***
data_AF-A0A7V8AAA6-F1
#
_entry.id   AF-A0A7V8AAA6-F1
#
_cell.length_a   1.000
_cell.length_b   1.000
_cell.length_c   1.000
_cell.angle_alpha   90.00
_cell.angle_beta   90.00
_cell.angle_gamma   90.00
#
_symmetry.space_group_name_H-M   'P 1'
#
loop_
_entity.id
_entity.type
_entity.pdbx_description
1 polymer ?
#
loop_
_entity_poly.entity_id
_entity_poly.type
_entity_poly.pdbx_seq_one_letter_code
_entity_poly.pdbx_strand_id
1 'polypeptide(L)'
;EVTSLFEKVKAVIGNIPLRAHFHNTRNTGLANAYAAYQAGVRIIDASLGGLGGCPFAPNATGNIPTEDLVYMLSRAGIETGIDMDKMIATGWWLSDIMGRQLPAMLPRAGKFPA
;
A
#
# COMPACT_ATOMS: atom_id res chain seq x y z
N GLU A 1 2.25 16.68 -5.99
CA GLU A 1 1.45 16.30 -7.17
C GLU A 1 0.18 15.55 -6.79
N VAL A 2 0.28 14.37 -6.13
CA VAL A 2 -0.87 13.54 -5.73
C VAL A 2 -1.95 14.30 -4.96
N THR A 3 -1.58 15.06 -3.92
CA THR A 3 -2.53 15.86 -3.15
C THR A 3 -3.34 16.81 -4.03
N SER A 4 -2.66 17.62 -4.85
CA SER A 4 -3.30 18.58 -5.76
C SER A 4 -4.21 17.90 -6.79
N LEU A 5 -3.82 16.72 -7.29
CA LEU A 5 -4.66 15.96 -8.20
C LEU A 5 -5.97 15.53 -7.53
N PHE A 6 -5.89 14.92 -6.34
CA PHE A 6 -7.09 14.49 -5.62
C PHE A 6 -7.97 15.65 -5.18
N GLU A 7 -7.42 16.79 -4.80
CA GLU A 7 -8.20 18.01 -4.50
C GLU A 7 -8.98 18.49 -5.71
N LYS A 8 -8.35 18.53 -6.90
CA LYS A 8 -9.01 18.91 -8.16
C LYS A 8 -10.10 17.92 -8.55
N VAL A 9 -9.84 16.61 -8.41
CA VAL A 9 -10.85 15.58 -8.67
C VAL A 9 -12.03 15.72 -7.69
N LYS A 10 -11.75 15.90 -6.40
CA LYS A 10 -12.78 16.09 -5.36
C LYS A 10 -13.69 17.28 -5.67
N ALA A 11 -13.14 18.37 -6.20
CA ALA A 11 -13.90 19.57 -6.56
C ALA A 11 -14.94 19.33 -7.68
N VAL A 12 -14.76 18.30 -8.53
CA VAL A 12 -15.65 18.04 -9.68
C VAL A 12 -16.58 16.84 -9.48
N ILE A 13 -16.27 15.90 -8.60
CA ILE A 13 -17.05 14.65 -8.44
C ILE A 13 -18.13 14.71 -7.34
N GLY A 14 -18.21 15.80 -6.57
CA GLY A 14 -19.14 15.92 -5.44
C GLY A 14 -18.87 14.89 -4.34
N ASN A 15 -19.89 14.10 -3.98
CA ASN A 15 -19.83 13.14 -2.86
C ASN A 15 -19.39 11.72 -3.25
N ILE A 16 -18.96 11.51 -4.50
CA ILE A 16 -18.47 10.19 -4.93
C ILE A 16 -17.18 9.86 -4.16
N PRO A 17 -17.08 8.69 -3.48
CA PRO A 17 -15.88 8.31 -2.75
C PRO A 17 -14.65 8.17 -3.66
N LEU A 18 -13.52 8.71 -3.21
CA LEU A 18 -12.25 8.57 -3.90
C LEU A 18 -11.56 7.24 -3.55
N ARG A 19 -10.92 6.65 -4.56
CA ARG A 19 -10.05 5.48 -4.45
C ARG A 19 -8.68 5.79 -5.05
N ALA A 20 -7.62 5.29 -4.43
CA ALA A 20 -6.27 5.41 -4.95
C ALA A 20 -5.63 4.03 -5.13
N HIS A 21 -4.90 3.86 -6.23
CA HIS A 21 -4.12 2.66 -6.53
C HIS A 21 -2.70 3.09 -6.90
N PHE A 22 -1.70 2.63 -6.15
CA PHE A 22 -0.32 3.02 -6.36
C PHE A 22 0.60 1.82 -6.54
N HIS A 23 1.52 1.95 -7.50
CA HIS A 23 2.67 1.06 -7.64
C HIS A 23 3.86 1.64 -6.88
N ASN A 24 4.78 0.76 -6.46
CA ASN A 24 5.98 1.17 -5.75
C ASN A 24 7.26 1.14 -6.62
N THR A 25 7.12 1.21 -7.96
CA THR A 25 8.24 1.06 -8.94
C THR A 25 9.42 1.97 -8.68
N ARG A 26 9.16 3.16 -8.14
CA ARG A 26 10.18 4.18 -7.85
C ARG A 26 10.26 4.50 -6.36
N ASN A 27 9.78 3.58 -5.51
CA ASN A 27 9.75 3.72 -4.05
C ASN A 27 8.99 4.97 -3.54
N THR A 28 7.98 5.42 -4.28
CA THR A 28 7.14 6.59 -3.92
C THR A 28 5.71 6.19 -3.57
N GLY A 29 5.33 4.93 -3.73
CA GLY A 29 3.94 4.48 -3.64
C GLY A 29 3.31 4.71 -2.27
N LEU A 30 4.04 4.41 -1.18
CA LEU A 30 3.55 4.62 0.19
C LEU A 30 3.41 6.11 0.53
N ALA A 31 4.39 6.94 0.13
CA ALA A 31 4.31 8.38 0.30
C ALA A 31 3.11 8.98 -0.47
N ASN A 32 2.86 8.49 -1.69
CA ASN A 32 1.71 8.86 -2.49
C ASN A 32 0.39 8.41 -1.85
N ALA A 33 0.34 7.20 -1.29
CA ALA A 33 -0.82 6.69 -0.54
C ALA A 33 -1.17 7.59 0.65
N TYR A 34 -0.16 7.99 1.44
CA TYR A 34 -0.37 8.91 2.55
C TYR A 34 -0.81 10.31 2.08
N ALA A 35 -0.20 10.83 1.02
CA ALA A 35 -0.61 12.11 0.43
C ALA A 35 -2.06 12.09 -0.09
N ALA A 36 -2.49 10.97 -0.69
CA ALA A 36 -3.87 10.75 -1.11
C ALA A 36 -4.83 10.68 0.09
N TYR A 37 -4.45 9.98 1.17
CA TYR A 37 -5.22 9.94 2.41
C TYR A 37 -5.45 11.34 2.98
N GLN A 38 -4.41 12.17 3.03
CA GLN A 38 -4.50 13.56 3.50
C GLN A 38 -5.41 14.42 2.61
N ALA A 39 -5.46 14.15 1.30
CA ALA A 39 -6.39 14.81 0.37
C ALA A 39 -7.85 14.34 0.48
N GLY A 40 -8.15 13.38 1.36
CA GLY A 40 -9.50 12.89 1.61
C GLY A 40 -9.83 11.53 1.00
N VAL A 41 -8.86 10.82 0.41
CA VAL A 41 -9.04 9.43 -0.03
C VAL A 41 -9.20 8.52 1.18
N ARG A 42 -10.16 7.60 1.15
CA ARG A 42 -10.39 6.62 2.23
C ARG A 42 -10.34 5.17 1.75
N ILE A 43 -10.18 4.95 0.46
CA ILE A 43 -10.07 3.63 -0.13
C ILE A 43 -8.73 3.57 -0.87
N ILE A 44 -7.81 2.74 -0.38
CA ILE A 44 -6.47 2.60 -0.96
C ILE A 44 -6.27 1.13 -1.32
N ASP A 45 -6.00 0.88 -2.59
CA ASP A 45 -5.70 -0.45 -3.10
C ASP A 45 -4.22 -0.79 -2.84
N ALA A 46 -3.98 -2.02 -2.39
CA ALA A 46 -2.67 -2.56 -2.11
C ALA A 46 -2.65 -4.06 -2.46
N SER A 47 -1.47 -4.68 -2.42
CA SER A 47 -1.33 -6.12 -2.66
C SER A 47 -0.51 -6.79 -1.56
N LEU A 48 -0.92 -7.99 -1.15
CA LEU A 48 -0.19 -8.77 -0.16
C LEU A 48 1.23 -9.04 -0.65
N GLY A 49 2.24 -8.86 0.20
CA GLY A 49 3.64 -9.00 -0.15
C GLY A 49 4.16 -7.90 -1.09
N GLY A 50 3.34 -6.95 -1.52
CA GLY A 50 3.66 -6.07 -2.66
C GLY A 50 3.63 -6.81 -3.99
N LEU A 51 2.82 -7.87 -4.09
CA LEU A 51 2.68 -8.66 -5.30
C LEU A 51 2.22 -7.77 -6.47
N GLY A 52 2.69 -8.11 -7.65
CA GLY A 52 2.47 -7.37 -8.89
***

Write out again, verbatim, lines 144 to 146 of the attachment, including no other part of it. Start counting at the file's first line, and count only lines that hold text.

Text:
C GLN A 38 -5.41 14.42 2.61
N ALA A 39 -5.46 14.15 1.30
CA ALA A 39 -6.39 14.81 0.37